Sleep apnoea treatment

1. Positive airway pressure therapy (non-invasive)

2. Oral appliance therapy (non-invasive)

A mandibular repositioning device (MRD) is a custom-fitted mouthpiece that holds your jaw in a forward position while you sleep to expand the space behind your tongue. This helps keep your upper airway open, preventing apnoeas and snoring. They’re proven effective for people with mild and moderate obstructive sleep apnoea,1 but might also be prescribed to patients with severe OSA who cannot tolerate CPAP.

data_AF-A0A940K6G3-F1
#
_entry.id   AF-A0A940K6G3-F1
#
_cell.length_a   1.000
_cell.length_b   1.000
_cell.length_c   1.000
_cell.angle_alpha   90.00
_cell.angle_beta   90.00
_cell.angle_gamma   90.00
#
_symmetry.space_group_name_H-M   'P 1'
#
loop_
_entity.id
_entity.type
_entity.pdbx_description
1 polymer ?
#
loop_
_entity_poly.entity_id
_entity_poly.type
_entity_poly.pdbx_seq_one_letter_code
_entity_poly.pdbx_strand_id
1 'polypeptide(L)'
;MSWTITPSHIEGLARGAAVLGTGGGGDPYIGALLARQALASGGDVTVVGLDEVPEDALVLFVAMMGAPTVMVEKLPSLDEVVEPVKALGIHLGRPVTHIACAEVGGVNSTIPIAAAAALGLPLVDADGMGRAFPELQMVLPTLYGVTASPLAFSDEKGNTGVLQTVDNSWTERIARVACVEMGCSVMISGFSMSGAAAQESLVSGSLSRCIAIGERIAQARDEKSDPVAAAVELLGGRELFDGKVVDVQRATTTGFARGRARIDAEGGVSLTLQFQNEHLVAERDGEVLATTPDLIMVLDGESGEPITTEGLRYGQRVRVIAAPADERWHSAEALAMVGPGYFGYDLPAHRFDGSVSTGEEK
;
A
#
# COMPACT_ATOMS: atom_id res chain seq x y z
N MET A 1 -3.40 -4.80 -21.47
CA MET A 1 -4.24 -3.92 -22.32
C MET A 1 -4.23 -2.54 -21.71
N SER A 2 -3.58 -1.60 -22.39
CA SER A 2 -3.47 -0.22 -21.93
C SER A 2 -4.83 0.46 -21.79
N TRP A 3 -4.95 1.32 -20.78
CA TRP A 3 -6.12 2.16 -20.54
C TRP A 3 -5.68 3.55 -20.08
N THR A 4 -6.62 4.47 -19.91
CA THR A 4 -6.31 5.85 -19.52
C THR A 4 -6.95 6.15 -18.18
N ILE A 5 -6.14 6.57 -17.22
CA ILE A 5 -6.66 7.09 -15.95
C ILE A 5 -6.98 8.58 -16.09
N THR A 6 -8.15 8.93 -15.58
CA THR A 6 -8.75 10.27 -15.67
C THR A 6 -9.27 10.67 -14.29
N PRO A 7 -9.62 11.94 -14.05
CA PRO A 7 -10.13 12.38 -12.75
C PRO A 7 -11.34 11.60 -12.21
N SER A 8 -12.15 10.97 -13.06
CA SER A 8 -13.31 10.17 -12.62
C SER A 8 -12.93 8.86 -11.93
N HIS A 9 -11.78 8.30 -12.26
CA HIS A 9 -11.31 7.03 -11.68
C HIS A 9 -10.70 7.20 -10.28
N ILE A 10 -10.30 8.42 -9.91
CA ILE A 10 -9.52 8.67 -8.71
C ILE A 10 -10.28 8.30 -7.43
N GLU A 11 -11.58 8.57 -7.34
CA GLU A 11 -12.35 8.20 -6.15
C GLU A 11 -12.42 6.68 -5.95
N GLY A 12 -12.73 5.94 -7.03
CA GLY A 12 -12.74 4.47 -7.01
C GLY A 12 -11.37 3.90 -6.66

3. Surgery (invasive)

There are several surgical procedures that can improve the exact area of obstruction in patients’ upper respiratory tracts. “Often it takes a combination of procedures to achieve success,” according to the American Sleep Apnoea Association. And as with all invasive surgical procedures, there is the risk of negative side effects.

4. Weight loss

In some patients with milder forms of sleep apnoea, losing weight can help reduce apnoeas and alleviate their symptoms.

Sleep Apnoea NQ